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Roberto Pacheco (b. 1951), Preparations for War (Madrid 1936), 1989; maple, steel, concrete, wire and paint, 20 1/2 x 17 x 6 3/4 inches; Burchfield Penney Art Center, Gift of the Artist, 1991

Roberto Pacheco (b. 1951), Preparations for War (Madrid 1936), 1989; maple, steel, concrete, wire and paint, 20 1/2 x 17 x 6 3/4 inches; Burchfield Penney Art Center, Gift of the Artist, 1991

Roberto Pacheco was born in 1951 in Cuzco, Peru, which was considered by the Incans to be The Center of the World. He spent most of his youth in the capital city of Lima; but left the country when the military forced the closings of educational institutions, foreshadowing the imminent loss of many personal freedoms. Much of his work addresses the politics and heritage of his former home.

Pacheco earned a bachelor’s degree in sculpture from Buffalo State College and a Master of Fine Arts from the State University of New York at Buffalo, where he has taught. In his work, Preparations for War (Madrid 1936), the artist uses raw materials to symbolize historic turmoil. A dialogue of contrasts and tensions is set up by the artist’s use of a jaggedly hewn maple slab with roughly cut steel and concrete rectangles held together with rusted wire, nails and red paint.  The composition alludes to imprisonment and rough terrain, echoing the impending three-year Spanish Civil War, which began when right-wing insurgents led by General Francisco Franco sieged Madrid in July 1936. In August, the United States announced that it would not interfere, and by April 1937, Franco declared Spain a totalitarian state and he assumed power as dictator. Concurrent with those events, Congress passed, and President Roosevelt signed, a Neutrality Act.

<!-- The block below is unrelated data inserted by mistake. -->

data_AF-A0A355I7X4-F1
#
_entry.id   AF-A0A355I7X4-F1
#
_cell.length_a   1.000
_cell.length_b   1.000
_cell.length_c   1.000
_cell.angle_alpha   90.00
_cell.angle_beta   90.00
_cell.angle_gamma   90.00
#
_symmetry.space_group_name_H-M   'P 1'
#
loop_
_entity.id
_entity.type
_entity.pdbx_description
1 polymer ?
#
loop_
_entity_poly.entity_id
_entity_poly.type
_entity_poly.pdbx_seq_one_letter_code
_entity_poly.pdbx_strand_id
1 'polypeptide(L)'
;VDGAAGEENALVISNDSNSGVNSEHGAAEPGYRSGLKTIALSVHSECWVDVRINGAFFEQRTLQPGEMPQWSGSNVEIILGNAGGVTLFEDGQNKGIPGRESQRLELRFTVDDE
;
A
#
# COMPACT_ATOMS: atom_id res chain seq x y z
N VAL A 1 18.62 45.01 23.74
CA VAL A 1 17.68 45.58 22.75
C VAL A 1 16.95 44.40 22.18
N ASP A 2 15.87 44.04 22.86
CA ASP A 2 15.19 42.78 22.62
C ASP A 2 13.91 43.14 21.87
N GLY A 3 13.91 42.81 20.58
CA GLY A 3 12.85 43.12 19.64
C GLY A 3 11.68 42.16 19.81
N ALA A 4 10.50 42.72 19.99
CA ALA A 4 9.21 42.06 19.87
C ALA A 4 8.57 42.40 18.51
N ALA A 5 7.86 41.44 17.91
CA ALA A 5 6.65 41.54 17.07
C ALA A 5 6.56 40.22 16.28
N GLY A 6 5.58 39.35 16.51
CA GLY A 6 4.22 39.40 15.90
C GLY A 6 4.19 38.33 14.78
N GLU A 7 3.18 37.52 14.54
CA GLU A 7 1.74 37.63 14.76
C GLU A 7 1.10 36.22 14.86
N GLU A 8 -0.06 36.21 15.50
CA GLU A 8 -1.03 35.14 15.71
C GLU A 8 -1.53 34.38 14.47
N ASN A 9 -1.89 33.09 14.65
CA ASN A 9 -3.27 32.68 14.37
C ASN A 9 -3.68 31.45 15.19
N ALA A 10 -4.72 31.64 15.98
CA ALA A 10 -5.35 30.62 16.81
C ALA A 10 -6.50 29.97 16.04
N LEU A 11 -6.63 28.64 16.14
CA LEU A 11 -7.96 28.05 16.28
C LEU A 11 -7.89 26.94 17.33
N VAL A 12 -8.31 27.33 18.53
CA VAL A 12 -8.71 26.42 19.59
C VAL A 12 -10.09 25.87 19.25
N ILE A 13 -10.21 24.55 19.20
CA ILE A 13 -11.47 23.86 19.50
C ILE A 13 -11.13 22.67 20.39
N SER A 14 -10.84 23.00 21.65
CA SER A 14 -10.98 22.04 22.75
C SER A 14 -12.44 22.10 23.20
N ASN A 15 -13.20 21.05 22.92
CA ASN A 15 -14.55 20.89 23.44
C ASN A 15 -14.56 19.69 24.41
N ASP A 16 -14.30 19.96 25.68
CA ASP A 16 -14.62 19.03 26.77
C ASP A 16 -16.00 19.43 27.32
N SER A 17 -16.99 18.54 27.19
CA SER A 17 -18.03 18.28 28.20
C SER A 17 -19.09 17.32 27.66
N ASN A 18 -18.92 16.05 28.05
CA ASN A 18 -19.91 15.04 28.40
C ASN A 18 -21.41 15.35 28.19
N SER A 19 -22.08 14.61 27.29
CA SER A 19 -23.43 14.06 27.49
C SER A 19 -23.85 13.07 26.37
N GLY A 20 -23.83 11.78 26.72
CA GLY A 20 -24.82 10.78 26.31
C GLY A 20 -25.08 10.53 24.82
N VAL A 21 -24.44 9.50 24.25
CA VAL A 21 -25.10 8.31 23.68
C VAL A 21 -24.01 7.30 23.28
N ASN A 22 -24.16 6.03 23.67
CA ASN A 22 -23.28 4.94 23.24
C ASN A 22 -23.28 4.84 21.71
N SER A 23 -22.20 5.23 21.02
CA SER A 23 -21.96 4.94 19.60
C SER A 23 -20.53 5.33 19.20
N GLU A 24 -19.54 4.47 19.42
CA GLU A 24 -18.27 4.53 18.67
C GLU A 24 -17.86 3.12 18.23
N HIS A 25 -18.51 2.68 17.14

Nancy Weekly, Burchfield Scholar, Head of Collections, Charles Cary Rumsey Curator